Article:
We brought our then 13-month old Mia home on December 4, 2006. I honestly cannot imagine our lives without her. She brings so much sunshine and joy to our family. I must say, however, that the first two weeks with her were emotionally challenging. We were so excited to finally be united with our daughter, yet she didn’t want anything to do with me. She only wanted her daddy to hold her, to change her, to feed her, to bathe her, to comfort her. Although I didn’t have much sympathy for my husband at the time, it was equally difficult for him, just in a different way. He ached from exhaustion and from seeing me hurt. Although Mia wanted me to keep my distance, I continued to be the one to prepare her bottle and bring it to my husband to give to her; I became the “fetch” girl who got anything and everything that she needed, making sure that she saw that I was doing this for her. I didn’t force her on me. My heart ached so badly to hold her in my arms, yet I respected her need for space at that moment in our new lives together. Thankfully, the day came when she turned a corner. It took exactly two weeks from the day Mia was first placed into my arms for me to gain her trust. It happened to be the same day that Nolan returned to work. We were very worried about how she would react to spending the entire day alone with me, but it was as if she awoke that morning and thought, “Yeah, this just feels right. This feels like my family.” I can’t explain the pure joy that I felt in my heart that day. We had such a great day, and each day thereafter has been equally wonderful. Since that day, she has shared a firm bond to both me and my husband, and to her big sister.
I know that her adoption came with a title: “Special Needs.” But to me, I know that Mia is just plain special. Her health is fine. She still has an opening/hole in her heart’s two lower chambers (VSD), as well as one in the upper chambers (ASD) that was discovered after we returned home to the U.S., but neither are causing her any complications at this point and her cardiologist believes that they may both still close on their own over time. They performed an ultrasound immediately after bringing her home from China and an EKG on her second year check-up. Because both holes are relatively small, Mia is only required to have an annual check-up. Initially, we were told that the greatest health risk for her would be if she had to have dental work or emergency surgery. Her risk of heart infection in these two instances would be great, but could be avoided if she simply took an antibiotic prior to the procedure. According to her cardiologist at our most recent visit, new research has shown that the antibiotic is no longer needed and therefore, we really don’t need to treat Mia any differently than any other child.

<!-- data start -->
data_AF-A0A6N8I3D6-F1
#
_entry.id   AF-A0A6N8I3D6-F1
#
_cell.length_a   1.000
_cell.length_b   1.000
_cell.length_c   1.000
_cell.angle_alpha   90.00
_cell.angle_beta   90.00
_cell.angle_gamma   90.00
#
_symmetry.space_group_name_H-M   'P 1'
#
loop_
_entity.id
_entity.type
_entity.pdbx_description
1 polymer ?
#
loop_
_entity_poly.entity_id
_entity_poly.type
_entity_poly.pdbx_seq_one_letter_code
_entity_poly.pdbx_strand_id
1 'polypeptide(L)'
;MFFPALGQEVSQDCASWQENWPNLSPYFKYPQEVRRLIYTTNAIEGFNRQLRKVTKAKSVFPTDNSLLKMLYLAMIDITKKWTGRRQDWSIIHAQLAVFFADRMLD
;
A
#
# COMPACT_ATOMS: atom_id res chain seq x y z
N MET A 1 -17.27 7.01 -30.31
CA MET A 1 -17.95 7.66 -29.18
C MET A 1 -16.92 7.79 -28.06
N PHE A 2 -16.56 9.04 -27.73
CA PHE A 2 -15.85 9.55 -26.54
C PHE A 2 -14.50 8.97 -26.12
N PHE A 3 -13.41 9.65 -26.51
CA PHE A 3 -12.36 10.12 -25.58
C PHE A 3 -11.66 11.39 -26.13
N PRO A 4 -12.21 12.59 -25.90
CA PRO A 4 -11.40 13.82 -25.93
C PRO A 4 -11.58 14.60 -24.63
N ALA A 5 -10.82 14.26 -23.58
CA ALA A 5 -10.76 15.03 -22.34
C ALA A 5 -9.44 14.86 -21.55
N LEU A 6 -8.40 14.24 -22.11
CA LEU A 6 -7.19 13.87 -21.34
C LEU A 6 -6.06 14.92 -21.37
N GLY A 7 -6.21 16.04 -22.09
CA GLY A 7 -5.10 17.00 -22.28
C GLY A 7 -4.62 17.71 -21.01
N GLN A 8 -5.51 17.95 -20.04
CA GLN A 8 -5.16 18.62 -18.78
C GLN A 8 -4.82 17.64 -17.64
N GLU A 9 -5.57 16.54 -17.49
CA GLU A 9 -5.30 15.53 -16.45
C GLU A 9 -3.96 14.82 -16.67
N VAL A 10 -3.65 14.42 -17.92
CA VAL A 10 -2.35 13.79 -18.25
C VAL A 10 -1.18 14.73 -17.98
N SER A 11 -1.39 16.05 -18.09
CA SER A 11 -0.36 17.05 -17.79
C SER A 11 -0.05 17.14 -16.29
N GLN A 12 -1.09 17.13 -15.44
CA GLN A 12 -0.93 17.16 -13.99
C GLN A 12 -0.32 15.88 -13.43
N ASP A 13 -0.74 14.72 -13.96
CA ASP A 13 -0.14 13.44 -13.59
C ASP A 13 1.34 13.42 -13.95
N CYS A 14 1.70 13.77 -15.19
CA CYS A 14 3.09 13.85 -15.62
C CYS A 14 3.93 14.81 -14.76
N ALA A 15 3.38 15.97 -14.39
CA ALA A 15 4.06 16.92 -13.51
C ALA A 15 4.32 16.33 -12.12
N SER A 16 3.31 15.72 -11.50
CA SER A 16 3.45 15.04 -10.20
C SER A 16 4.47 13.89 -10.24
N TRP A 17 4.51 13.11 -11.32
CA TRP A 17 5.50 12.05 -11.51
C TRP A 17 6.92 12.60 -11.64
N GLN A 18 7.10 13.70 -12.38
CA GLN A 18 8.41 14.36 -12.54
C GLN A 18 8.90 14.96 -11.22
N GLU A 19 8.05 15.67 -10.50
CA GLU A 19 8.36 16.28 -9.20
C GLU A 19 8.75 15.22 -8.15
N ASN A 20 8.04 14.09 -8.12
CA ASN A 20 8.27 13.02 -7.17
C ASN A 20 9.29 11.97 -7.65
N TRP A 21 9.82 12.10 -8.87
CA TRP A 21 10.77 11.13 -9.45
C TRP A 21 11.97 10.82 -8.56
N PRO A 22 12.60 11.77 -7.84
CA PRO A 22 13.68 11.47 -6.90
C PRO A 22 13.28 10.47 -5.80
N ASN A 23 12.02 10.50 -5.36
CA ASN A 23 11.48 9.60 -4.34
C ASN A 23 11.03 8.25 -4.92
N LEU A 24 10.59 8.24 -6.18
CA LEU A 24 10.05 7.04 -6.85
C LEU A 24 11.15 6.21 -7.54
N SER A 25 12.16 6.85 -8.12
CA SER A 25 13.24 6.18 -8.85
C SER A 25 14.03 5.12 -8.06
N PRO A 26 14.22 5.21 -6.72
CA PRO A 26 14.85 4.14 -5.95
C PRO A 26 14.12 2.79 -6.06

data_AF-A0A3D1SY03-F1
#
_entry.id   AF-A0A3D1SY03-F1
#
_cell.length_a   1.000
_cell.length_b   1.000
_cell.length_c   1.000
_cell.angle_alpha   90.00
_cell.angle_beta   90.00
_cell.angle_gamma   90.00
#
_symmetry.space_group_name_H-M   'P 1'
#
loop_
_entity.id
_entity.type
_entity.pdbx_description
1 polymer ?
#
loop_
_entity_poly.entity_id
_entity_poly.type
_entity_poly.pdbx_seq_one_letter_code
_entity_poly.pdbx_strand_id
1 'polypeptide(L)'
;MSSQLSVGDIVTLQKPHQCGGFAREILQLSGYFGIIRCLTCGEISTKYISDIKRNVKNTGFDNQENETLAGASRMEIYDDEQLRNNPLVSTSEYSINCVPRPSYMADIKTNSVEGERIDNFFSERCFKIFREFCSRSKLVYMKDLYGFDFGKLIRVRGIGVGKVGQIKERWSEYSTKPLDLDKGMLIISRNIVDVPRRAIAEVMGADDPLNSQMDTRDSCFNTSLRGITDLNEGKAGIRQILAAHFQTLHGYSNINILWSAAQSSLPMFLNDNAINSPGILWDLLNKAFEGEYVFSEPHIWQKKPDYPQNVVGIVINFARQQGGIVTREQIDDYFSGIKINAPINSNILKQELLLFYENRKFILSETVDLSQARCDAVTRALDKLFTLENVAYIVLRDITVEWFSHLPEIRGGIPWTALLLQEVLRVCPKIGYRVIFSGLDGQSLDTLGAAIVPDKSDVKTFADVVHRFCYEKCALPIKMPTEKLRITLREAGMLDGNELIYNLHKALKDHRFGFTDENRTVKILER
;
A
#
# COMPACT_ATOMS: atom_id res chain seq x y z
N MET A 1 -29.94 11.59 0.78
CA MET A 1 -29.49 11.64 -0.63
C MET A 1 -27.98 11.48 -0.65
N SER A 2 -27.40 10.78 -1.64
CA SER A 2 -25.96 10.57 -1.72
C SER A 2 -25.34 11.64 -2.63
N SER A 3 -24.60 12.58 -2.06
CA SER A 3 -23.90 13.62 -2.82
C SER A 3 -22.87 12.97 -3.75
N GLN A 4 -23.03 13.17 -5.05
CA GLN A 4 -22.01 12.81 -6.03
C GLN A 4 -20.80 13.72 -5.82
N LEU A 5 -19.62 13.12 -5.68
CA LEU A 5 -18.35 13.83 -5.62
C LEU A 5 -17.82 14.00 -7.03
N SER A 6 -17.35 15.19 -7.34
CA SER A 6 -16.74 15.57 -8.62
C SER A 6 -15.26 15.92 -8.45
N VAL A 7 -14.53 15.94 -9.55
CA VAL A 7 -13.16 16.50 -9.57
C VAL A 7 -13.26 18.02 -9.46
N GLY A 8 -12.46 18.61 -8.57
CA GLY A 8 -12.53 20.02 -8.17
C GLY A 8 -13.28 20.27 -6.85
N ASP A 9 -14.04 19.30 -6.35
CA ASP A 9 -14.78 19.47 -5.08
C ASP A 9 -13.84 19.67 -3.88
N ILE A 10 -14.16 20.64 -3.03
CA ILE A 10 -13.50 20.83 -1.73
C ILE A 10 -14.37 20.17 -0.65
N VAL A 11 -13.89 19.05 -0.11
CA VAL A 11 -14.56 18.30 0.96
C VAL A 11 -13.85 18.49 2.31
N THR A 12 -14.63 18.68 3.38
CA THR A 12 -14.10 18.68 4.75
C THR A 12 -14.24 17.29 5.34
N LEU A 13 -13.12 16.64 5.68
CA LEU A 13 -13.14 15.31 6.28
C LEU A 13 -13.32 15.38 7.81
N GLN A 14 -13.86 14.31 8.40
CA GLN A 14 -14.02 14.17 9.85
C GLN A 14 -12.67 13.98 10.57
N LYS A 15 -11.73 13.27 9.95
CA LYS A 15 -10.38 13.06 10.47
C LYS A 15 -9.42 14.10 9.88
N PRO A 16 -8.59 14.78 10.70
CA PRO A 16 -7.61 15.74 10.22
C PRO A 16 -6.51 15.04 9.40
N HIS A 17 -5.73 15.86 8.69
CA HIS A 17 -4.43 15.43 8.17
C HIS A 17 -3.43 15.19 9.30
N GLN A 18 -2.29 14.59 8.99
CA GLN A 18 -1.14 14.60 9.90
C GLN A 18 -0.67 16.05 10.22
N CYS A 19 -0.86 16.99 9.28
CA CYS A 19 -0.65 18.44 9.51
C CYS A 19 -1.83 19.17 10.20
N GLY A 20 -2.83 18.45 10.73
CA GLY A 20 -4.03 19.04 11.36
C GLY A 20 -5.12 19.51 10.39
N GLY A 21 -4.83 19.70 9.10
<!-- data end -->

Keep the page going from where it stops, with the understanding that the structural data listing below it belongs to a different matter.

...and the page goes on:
The bigger struggle for us since returning home has not been her health, but rather with sleep issues. We are very big on routines and schedules, so she has always been on the same schedule since returning home. We simply had a daughter who didn’t like to sleep. During the day, she has the energy for ten children. During the night, that didn’t seem to subside. For the first year, she was up anywhere between one to five hours nearly every night. She also suffered from night terrors, during which we were unable to provide her any comfort. We had many difficult, sleepless nights during our first year together, but thankfully, she has improved greatly in this area and now sleeps well most nights. As difficult as this was for both my husband and me, the night’s events would quickly be forgotten when the sun rose each morning and we caught a glimpse of Mia’s beautiful smile.
My biggest piece of advice for parents considering a Special Needs adoption is to pray, collect all of the facts… and then follow your heart. Share the child’s information with experts who deal specifically with internationally-adopted children on a regular basis. It’s ok to seek advice from your pediatrician, but I would recommend using them as a second opinion. Some Children’s Hospitals now have a dedicated International Adoption Clinic. There are also a number of doctors who specialize in this area. Doctors that specialize in international adoption are more likely to see the big picture. They will be able to explain the specific medical condition, as well as prepare you for other potential developmental and medical issues common to the child’s birth country.
If I could provide at least one general piece of adoption advice, it would be to remain flexible. We had planned for an infant with our first adoption and ended up adopting a girl nearly three-years of age. We desired an older child with our second adoption and fell in love with an infant. I praise God every day for choosing us to raise these two, amazing children. His plans for us were far better than our own.
Michelle, Nolan, Leila & Mia